Shake-up must look beyond school walls

4th February 2011 at 00:00

Research evidence from the National Association of Teachers of RE is already indicating that the exclusion of RE from the English Baccalaureate subject list is affecting how the subject is being taught at GCSE-level.

In his letter (January 28) Martin Roberts was correct about the statutory nature of RE, but he does not seem to understand how good RE helps children to see the impact of belief systems on the world.

Most of the world's people consider themselves to have a faith, and all of us have beliefs, morals, ethics and philosophies; children are natural enquirers and questioners in these areas. RE in English community schools has developed a tradition, envied across much of Europe, for giving children the tools to become natural philosophers.

Paul Hopkins, Lecturer in religious studies, Hull University; executive officer, European Forum for Teachers of Religious Education.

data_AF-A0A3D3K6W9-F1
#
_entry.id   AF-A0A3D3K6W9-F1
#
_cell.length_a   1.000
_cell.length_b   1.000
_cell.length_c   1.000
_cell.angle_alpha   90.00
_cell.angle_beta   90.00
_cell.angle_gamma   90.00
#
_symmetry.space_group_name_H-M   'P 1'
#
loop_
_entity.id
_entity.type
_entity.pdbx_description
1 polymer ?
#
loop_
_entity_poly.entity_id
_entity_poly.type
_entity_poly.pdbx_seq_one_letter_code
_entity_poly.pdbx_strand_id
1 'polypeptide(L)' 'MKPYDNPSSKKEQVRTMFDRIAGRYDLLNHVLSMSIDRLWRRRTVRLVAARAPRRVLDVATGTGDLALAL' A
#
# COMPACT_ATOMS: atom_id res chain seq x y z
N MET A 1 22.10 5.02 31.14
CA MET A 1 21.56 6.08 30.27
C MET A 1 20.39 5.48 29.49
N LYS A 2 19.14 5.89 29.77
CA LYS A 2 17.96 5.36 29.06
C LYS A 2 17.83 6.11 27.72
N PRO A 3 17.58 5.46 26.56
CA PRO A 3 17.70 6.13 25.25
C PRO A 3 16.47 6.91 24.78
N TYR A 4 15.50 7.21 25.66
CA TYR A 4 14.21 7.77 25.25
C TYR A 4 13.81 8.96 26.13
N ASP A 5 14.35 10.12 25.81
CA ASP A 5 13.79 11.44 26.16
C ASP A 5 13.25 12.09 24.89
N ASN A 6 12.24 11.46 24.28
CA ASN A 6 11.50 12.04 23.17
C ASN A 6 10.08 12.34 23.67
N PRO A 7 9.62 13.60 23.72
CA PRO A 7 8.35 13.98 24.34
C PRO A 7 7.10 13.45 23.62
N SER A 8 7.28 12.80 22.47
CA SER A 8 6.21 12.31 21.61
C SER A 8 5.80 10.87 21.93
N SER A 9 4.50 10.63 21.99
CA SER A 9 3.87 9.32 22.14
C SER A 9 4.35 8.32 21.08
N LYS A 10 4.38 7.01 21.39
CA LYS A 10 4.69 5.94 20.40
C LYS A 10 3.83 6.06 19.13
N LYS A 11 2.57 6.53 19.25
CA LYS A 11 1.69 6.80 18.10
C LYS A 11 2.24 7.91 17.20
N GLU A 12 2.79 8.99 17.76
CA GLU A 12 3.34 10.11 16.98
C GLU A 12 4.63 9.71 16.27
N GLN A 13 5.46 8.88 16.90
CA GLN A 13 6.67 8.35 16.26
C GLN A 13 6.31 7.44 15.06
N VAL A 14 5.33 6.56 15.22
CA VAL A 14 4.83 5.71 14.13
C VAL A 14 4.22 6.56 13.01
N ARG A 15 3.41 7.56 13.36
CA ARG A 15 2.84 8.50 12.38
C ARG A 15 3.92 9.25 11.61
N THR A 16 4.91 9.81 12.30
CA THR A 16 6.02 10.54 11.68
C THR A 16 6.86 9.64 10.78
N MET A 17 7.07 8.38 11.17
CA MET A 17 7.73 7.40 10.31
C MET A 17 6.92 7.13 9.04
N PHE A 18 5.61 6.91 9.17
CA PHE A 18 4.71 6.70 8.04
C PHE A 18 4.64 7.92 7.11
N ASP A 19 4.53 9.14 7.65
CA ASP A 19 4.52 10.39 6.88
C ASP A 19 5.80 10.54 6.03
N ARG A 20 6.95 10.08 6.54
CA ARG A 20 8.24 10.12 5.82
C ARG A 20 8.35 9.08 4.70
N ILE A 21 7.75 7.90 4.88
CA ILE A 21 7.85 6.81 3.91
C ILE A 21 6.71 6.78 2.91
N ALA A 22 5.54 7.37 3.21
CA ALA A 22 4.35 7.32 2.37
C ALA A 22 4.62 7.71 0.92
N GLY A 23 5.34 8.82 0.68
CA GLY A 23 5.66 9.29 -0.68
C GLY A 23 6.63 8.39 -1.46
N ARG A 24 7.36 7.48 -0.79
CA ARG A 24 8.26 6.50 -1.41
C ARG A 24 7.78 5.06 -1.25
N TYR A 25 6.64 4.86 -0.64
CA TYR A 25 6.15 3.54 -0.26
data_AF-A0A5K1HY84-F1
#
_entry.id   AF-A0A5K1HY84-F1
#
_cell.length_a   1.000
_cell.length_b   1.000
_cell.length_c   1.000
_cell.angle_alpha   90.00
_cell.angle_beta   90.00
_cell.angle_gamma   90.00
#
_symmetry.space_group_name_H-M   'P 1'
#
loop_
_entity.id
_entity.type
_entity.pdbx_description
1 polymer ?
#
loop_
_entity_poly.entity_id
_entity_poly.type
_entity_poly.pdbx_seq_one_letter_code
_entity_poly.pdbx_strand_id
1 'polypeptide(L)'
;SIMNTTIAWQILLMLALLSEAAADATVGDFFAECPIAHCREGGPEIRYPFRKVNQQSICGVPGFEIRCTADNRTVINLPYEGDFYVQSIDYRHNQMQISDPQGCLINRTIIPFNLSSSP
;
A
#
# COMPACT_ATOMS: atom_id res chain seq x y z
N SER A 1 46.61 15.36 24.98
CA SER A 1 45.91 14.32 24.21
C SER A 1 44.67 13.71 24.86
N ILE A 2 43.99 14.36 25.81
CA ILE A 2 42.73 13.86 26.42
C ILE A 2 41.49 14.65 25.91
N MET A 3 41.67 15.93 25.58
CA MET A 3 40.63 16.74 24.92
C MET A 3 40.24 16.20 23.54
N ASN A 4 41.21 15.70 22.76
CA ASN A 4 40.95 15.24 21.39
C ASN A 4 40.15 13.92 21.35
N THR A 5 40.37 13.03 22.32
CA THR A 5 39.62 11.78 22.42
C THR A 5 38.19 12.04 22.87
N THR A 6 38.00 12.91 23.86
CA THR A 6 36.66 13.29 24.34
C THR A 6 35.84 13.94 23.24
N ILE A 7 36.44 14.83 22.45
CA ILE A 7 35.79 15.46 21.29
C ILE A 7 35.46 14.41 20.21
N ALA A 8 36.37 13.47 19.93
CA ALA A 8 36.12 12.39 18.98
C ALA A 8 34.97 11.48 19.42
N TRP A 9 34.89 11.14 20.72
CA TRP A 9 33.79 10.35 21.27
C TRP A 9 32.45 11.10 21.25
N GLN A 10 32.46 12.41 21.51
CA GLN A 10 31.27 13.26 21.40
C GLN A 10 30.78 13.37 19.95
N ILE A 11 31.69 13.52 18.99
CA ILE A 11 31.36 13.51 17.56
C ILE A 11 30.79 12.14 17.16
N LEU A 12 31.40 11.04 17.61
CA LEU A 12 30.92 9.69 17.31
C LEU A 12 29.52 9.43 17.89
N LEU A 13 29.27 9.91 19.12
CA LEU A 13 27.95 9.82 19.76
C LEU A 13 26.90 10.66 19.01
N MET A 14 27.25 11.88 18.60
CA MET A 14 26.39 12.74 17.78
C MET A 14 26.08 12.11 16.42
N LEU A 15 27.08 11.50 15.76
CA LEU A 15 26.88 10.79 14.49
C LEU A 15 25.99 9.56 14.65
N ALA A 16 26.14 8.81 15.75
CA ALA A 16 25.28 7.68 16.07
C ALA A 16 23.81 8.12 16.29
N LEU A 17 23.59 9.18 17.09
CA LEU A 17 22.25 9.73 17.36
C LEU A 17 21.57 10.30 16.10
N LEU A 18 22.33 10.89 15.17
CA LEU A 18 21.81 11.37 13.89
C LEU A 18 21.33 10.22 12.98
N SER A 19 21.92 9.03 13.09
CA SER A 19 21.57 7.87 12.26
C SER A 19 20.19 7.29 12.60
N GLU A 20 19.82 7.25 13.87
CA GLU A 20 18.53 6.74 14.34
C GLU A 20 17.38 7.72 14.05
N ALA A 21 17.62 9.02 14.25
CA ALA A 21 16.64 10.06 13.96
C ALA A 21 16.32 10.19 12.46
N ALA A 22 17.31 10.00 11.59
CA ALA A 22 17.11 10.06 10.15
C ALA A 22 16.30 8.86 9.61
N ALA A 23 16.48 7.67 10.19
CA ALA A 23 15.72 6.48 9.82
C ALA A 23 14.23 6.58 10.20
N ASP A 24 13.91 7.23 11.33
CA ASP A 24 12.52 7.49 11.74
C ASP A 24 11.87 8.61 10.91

Log-in as an existing print or digital subscriber

Forgotten your subscriber ID?


To access this content and the full TES archive, subscribe now.

View subscriber offers


Get TES online and delivered to your door – for less than the price of a coffee

Save 33% off the cover price with this great subscription offer. Every copy delivered to your door by first-class post, plus full access to TES online and the TES app for just £1.90 per week.
Subscribers also enjoy a range of fantastic offers and benefits worth over £270:

  • Discounts off TES Institute courses
  • Access over 200,000 articles in the TES online archive
  • Free Tastecard membership worth £79.99
  • Discounts with Zipcar,, Virgin Wines and other partners
Order your low-cost subscription today